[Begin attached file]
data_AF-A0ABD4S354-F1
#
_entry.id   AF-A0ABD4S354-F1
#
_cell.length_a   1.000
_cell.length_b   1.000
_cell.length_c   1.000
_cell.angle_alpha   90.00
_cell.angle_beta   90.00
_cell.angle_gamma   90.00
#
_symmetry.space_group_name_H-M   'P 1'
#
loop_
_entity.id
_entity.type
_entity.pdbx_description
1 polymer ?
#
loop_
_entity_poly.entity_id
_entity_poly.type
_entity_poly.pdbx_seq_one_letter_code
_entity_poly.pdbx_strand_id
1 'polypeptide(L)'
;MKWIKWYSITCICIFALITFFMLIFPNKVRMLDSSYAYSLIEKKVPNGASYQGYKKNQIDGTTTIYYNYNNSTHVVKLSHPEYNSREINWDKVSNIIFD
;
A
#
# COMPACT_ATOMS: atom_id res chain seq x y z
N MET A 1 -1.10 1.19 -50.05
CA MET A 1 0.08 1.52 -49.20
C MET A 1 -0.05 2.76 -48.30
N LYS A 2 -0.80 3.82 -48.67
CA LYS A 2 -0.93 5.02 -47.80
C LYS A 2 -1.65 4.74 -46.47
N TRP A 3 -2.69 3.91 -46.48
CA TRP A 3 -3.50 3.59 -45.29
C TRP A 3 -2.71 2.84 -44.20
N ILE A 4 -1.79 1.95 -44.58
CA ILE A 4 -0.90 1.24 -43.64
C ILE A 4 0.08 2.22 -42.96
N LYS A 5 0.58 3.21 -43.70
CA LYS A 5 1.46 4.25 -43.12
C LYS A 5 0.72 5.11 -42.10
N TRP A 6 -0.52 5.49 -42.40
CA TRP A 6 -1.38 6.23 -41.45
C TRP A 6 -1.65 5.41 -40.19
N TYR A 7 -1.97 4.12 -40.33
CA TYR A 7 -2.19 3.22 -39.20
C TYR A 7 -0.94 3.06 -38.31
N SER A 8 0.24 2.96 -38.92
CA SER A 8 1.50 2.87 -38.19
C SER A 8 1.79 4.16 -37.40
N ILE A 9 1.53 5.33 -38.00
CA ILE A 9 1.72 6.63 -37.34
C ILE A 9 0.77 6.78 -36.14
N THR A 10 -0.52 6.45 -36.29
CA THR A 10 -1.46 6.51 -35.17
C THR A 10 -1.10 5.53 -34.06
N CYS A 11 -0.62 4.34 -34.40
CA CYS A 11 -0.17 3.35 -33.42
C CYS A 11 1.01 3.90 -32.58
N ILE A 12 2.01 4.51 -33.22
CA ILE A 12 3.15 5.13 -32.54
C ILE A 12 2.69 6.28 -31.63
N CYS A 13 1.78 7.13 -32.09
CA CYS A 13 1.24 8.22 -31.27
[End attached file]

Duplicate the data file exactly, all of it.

data_AF-A0ABD4S354-F1
#
_entry.id   AF-A0ABD4S354-F1
#
_cell.length_a   1.000
_cell.length_b   1.000
_cell.length_c   1.000
_cell.angle_alpha   90.00
_cell.angle_beta   90.00
_cell.angle_gamma   90.00
#
_symmetry.space_group_name_H-M   'P 1'
#
loop_
_entity.id
_entity.type
_entity.pdbx_description
1 polymer ?
#
loop_
_entity_poly.entity_id
_entity_poly.type
_entity_poly.pdbx_seq_one_letter_code
_entity_poly.pdbx_strand_id
1 'polypeptide(L)'
;MKWIKWYSITCICIFALITFFMLIFPNKVRMLDSSYAYSLIEKKVPNGASYQGYKKNQIDGTTTIYYNYNNSTHVVKLSHPEYNSREINWDKVSNIIFD
;
A
#
# COMPACT_ATOMS: atom_id res chain seq x y z
N MET A 1 -1.10 1.19 -50.05
CA MET A 1 0.08 1.52 -49.20
C MET A 1 -0.05 2.76 -48.30
N LYS A 2 -0.80 3.82 -48.67
CA LYS A 2 -0.93 5.02 -47.80
C LYS A 2 -1.65 4.74 -46.47
N TRP A 3 -2.69 3.91 -46.48
CA TRP A 3 -3.50 3.59 -45.29
C TRP A 3 -2.71 2.84 -44.20
N ILE A 4 -1.79 1.95 -44.58
CA ILE A 4 -0.90 1.24 -43.64
C ILE A 4 0.08 2.22 -42.96
N LYS A 5 0.58 3.21 -43.70
CA LYS A 5 1.46 4.25 -43.12
C LYS A 5 0.72 5.11 -42.10
N TRP A 6 -0.52 5.49 -42.40
CA TRP A 6 -1.38 6.23 -41.45
C TRP A 6 -1.65 5.41 -40.19
N TYR A 7 -1.97 4.12 -40.33
CA TYR A 7 -2.19 3.22 -39.20
C TYR A 7 -0.94 3.06 -38.31
N SER A 8 0.24 2.96 -38.92
CA SER A 8 1.50 2.87 -38.19
C SER A 8 1.79 4.16 -37.40
N ILE A 9 1.53 5.33 -38.00
CA ILE A 9 1.72 6.63 -37.34
C ILE A 9 0.77 6.78 -36.14
N THR A 10 -0.52 6.45 -36.29
CA THR A 10 -1.46 6.51 -35.17
C THR A 10 -1.10 5.53 -34.06
N CYS A 11 -0.62 4.34 -34.40
CA CYS A 11 -0.17 3.35 -33.42
C CYS A 11 1.01 3.90 -32.58
N ILE A 12 2.01 4.51 -33.22
CA ILE A 12 3.15 5.13 -32.54
C ILE A 12 2.69 6.28 -31.63
N CYS A 13 1.78 7.13 -32.09
CA CYS A 13 1.24 8.22 -31.27